It was time to get my traditional pre-Christmas haircut. The older I get, the quicker it seems to grow, and not always from areas where I am used to having hair growing.
My usual barber is three days away from retirement. In an American movie, that would only mean heartache, but, honestly, how dangerous can cutting hair be? Still, one last go-around seemed appropriate, so I wandered down to her shop for its 9am opening time, an hour before my shift was due to start.
It seems that when you’re three days from retiring from your own gentlemen’s hair reduction business, you’re less concerned about arriving on time. Ten minutes after the shop was due to open, it still had not, and my hair was still growing. I needed a barber, stat. I’ve got a large head, and I can’t have too much hair on it, or my Christmas dinner paper crown won’t fit.
I tried another nearby barber who was due to open at 9am. His shutters were also down. There must have been some sort of barbers’ Christmas party in Liverpool last night, where they swap gossip about men with nits.
The only other option was the Turkish barber down the road. I wasn’t sure about this. I’ve heard stories about singeing, and my earlobes are quite large, even taking into account the size of my enormous head, so if they caught light we could lose half of Allerton Road. On the other hand, I was at risk of looking ridiculous at Christmas dinner. Besides, I’d be the customer in this scenario. If the barber whipped out the flame thrower, I’d firmly, if squeakily, pass on the opportunity to have my ear hairs melted.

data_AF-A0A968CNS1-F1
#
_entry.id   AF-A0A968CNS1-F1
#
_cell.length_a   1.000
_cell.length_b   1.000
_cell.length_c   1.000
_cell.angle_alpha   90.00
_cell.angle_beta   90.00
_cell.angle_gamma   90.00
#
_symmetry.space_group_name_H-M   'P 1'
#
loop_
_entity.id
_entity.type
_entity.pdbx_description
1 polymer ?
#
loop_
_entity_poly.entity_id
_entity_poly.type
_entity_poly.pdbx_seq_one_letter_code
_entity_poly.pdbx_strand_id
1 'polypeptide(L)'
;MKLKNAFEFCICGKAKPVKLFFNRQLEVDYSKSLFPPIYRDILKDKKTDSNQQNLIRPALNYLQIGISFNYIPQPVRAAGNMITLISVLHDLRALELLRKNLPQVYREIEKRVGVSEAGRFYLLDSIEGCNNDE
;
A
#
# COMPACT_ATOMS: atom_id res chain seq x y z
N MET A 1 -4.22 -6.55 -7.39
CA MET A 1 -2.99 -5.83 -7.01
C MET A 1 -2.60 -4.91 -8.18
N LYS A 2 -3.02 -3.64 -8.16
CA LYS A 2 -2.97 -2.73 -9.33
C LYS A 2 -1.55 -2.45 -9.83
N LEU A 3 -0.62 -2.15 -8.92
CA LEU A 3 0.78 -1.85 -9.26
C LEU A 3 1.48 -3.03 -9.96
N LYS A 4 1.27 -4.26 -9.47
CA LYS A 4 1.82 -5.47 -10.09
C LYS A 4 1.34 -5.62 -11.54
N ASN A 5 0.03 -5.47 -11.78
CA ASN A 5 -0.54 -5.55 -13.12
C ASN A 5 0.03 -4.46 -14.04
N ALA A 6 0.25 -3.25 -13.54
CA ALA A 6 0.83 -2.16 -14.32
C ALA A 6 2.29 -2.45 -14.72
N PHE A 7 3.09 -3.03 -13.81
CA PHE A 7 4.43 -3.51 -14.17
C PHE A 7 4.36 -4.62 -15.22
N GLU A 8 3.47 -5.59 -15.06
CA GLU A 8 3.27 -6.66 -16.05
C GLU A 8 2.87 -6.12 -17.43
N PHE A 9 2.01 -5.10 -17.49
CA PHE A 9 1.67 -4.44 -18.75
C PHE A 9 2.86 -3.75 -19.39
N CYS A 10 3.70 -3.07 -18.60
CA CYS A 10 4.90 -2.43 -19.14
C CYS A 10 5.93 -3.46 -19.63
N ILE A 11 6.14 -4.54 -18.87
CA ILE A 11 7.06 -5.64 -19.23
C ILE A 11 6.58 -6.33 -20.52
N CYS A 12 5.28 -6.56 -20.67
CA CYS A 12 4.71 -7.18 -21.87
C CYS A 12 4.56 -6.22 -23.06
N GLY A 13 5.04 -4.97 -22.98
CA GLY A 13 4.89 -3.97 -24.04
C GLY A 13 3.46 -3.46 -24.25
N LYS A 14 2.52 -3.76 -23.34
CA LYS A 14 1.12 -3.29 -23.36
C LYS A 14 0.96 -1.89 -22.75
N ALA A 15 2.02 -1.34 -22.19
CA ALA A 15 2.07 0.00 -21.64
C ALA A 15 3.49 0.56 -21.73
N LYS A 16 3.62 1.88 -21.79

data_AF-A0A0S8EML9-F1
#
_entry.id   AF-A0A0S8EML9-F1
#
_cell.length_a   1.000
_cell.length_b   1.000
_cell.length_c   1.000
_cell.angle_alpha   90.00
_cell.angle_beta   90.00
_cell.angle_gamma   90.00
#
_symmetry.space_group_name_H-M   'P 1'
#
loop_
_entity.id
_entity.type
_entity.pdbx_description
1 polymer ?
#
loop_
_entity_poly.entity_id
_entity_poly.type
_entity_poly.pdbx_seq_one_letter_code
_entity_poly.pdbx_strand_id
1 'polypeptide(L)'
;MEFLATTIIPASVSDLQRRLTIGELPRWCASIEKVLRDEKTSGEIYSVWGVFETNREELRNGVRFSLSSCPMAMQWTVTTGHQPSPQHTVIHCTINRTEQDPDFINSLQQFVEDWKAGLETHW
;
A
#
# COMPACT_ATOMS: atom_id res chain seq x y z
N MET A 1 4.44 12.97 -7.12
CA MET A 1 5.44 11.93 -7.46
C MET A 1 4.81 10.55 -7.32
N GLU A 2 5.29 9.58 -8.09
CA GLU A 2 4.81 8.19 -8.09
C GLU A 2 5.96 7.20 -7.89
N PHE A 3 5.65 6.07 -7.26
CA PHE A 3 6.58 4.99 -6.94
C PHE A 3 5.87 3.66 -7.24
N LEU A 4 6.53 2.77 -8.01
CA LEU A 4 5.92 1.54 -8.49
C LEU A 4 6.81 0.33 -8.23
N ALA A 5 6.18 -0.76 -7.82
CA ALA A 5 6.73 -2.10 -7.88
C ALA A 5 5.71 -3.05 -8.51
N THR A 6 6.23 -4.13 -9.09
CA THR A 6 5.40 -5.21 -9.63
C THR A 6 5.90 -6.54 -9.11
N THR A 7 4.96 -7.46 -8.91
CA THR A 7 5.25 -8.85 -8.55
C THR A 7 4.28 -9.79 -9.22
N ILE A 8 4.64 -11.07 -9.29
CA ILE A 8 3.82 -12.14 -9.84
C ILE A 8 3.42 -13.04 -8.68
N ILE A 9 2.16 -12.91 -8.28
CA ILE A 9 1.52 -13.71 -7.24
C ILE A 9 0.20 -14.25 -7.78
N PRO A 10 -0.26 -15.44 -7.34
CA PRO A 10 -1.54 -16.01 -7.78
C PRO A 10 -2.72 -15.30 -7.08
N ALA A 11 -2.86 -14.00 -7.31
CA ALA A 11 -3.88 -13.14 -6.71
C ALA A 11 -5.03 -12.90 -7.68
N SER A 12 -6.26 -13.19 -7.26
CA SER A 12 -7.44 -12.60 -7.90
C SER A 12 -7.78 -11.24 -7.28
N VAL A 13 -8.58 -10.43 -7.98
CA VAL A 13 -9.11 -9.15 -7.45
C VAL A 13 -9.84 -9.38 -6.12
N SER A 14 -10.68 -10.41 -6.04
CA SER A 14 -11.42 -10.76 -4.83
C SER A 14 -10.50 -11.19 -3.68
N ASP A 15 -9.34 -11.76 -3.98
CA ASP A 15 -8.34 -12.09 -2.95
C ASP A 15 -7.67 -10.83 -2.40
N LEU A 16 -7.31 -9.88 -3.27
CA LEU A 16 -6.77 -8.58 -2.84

I sat in the chair, and told the barber what I wanted – “This, only shorter” – and he set to work. If you’ve never had a Turkish barber attack your head before, it’s less “snip, snip, snip” and more “extreme topiary with a chain saw”.
Before too long, he had shaved enough from my scalp, and I did have indeed “This, only shorter” on my head. Perhaps it was a little shorter than I would normally expect, but I’d rather get my money’s worth.
“Eyebrows? You want eyebrows?” he asked. If that’s not a loaded question, I don’t know what is. I’m not sure what eyebrows are for, other than to show how surprised I am, but I’d rather have them than not.
“Erm, do you mean you’ll trim my eyebrows?” He nodded and I agreed. My eyebrows, after 40-odd years of stasis, mysteriously decided to enter a hippy phase a while back, and I have to keep on top of them. He shaved a millimetre or two off them.
“I like this,” I told my reflection. “This is a good look for you. You look suave, Gary.”
And then the barber asked me, “You want wax?” Did I?! I routinely have gel on my hair, otherwise it sticks up so much that I look as if I’ve been startled by a ghost in a cartoon. Every barber I have had in the past 35 years has asked me if I want wax on my hair, and I always reply in the affirmative. This was the finishing touch. “Yes, please,” I said.
It will forever be a mystery to me how I failed to notice the bubbling vat of pink liquid on the barber’s shelf. It was right in front of me. And yet I don’t think I clocked it properly until the barber dipped two cotton buds in the cauldron, and then shoved the boiling wax UP MY NOSE.
And then, as I sat in the barber’s chair, the wax hardening on the cotton buds stuffed up my nostrils, he started painting my ears with hot pink wax. I had cotton buds in my nose and one hanging from each magenta-painted ear. I did not look suave.
“Ready?” he asked. I was and I was not. I nodded, the cotton buds swinging.
As he pulled them, along with a couple of dozen nasal hairs, out of my nostrils I made a speedy calculation: “Just how loudly can I yelp without lowering myself in the sight of the other men in this shop?” I settled on a strangulated sound which I can only describe as Mike Yarwood saying “Errr” in the voice of the future King Charles III.
As a tear trickled down my manly cheek, he stripped the wax from one ear. It felt like I had placed my ear against a frozen pipe, then ripped it away. It felt worse the second time.
I’ve never considered cotton buds to be threatening before. In fact, I used to scoff when the Gladiators used to fight each other with oversized Johnson & Johnson’s on Saturday-night telly. Now I see the error of my ways.